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Lock cookie value

 
Roby Kappa
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Hi,

seeing older posts, I found some solutions for lock cookie generation. In particular:

1) Using clock, by obtaining current milliseconds or nanoseconds
2) Using a progressive long number
3) Using a random number

In my opinion, each solution has pros and cons:

1) Two requests very very near can obtain the same lock cookie. In addiction, the lock number value can be "inferred" by client basing on previous calls to lock.

2) Same as 1), but in this case the client can infer the lock cookie value in a simplier way.

3) It seems the best choice, but there is a very far possibility that the Random class can generate two identical cookies.

What's your opinion about?
 
Chris Bicnal
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I used System.currentTimeMillis() to generate the lock cookie.

In my case the chances of two clients making a call to this at the same time is very unlikely as the call is made within a synchronised block.

Chris
 
Thomas Thevis
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Hi Roby,

1) Two requests very very near can obtain the same lock cookie. In addiction, the lock number value can be "inferred" by client basing on previous calls to lock.

If you generate your cookie from within a synchronized context, there should be no cookie collision. If you use nano seconds, the risk of succesful client attacks with generated cookies should be very small.

3) It seems the best choice, but there is a very far possibility that the Random class can generate two identical cookies.

If you're interested in another way to generate random numbers, have a look at the java.util.UUID class which allows random UUID creation and conversion into long values.

Regards,
Thomas
[ September 27, 2008: Message edited by: Thomas Thevis ]
 
Jethro Borsje
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I am using System.nanoTime() to generate the cookie value. I feel that the chances of two client getting the same cookie value is very small in this case. By the way: keep in mind that this is just an example application. It does not have to be completely perfect, you just have to demonstrate that you get the basics of developing a Client / Server application. If you justify you decisions in your choices.txt you should be fine.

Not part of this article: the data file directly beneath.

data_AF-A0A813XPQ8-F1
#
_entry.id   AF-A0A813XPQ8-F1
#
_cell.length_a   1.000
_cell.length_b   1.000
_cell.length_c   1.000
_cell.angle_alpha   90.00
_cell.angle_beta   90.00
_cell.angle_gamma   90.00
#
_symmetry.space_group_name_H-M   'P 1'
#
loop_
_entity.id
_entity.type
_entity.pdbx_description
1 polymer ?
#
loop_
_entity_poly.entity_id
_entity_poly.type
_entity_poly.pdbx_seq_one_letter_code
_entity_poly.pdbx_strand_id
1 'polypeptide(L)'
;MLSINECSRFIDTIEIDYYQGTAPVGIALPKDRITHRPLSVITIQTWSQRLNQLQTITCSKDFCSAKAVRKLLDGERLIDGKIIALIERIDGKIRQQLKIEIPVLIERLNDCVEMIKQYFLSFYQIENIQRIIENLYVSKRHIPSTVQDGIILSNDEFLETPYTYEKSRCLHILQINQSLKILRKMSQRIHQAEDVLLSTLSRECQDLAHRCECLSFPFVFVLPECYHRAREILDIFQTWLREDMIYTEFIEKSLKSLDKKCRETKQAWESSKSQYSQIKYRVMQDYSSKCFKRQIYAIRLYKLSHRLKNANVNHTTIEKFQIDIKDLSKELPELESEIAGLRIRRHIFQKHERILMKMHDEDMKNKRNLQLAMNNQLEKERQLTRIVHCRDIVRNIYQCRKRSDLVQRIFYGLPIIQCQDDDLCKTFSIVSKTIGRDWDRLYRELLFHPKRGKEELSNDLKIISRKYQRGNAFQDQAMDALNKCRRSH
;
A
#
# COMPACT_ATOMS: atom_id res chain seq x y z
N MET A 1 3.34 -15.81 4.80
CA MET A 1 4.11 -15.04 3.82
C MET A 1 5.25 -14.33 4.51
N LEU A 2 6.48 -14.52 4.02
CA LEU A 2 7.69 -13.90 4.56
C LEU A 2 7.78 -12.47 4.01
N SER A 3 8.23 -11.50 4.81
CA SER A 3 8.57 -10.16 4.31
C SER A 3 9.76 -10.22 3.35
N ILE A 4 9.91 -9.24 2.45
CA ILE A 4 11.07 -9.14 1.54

Adrian Engler
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Yes, different approaches have their advantages and disadvantages, but a combination of two approaches can eliminate the disadvantages. In my project, I used a combination of these two strategies

2) Using a progressive long number
3) Using a random number

I simply combined a progressive long number (a counter that was incremented each time) with a random number. The random part and the consecutive counter part were in different bit ranges of the long number. That way

a) the (anyway very small) likelihood that by accident the same cookie value is generated twice goes down to zero because in addition to the random part, a progressive number is used (with a random long value, the likelihood of the same value being generated twice is actually so low that we might not have to care, but still it is theoretically possible)

b) because of the random part, a malicious client cannot guess cookie values

Such a combination of two strategies that eliminates their disadvantages is probably not really required, but I found it made sense.
 
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